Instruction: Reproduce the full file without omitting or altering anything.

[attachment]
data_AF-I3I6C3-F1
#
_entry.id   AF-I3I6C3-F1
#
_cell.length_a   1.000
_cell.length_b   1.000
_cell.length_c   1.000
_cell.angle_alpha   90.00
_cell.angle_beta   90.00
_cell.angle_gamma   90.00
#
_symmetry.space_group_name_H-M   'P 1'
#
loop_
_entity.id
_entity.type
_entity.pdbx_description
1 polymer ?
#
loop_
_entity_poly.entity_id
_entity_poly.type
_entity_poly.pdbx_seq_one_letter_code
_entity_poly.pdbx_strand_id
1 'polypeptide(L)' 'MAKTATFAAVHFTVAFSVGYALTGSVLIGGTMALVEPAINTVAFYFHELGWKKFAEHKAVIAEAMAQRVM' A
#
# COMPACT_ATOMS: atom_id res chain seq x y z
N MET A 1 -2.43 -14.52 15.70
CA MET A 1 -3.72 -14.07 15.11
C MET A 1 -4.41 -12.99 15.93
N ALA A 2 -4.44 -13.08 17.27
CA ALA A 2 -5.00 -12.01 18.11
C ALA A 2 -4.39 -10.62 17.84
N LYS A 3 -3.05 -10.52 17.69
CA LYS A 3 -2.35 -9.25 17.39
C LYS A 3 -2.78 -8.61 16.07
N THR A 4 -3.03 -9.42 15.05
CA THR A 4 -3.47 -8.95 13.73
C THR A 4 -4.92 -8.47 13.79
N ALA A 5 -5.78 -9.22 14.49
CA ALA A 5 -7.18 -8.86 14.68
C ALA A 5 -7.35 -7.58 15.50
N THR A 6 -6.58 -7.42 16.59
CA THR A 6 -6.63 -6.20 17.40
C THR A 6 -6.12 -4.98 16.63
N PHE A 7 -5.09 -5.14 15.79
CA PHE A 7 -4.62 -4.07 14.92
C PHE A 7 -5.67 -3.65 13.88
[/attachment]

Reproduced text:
data_AF-I3I6C3-F1
#
_entry.id   AF-I3I6C3-F1
#
_cell.length_a   1.000
_cell.length_b   1.000
_cell.length_c   1.000
_cell.angle_alpha   90.00
_cell.angle_beta   90.00
_cell.angle_gamma   90.00
#
_symmetry.space_group_name_H-M   'P 1'
#
loop_
_entity.id
_entity.type
_entity.pdbx_description
1 polymer ?
#
loop_
_entity_poly.entity_id
_entity_poly.type
_entity_poly.pdbx_seq_one_letter_code
_entity_poly.pdbx_strand_id
1 'polypeptide(L)' 'MAKTATFAAVHFTVAFSVGYALTGSVLIGGTMALVEPAINTVAFYFHELGWKKFAEHKAVIAEAMAQRVM' A
#
# COMPACT_ATOMS: atom_id res chain seq x y z
N MET A 1 -2.43 -14.52 15.70
CA MET A 1 -3.72 -14.07 15.11
C MET A 1 -4.41 -12.99 15.93
N ALA A 2 -4.44 -13.08 17.27
CA ALA A 2 -5.00 -12.01 18.11
C ALA A 2 -4.39 -10.62 17.84
N LYS A 3 -3.05 -10.52 17.69
CA LYS A 3 -2.35 -9.25 17.39
C LYS A 3 -2.78 -8.61 16.07
N THR A 4 -3.03 -9.42 15.05
CA THR A 4 -3.47 -8.95 13.73
C THR A 4 -4.92 -8.47 13.79
N ALA A 5 -5.78 -9.22 14.49
CA ALA A 5 -7.18 -8.86 14.68
C ALA A 5 -7.35 -7.58 15.50
N THR A 6 -6.58 -7.42 16.59
CA THR A 6 -6.63 -6.20 17.40
C THR A 6 -6.12 -4.98 16.63
N PHE A 7 -5.09 -5.14 15.79
CA PHE A 7 -4.62 -4.07 14.92
C PHE A 7 -5.67 -3.65 13.88